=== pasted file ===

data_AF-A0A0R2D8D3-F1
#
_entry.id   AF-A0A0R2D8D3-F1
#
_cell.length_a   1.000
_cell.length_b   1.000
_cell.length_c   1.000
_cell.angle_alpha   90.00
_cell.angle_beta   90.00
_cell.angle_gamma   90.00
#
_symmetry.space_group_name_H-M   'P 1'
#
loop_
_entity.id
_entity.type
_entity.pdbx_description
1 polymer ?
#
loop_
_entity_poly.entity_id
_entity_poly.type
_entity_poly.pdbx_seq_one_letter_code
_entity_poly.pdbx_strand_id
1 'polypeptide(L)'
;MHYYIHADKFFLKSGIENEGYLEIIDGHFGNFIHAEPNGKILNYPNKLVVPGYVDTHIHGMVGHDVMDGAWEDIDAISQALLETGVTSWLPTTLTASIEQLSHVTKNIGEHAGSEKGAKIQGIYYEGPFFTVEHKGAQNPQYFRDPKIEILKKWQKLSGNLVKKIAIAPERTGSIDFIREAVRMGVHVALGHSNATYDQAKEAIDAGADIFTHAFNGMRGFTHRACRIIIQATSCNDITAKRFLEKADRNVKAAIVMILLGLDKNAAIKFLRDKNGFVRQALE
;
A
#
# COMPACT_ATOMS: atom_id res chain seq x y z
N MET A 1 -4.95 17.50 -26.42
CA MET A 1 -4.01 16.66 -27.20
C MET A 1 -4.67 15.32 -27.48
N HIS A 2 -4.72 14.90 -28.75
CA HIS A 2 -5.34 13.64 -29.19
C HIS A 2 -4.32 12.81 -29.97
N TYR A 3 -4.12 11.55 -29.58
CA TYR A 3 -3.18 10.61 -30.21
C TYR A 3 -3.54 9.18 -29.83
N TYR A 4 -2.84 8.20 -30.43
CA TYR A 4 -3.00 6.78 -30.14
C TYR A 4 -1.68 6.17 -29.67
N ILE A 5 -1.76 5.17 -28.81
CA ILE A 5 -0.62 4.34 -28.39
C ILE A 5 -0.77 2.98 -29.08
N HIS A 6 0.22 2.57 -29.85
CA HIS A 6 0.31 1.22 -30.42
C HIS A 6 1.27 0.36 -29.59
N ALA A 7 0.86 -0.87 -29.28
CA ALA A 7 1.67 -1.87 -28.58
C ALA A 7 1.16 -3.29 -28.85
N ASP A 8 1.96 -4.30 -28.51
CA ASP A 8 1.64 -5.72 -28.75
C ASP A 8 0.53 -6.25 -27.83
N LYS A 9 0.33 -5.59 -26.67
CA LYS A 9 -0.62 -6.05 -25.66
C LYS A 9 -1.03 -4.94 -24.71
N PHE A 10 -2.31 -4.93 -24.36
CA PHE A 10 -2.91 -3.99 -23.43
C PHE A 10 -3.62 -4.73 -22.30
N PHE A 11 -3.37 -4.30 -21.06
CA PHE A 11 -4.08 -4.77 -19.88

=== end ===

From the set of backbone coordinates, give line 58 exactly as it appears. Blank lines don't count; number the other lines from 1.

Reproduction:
N PHE A 10 -2.31 -4.93 -24.36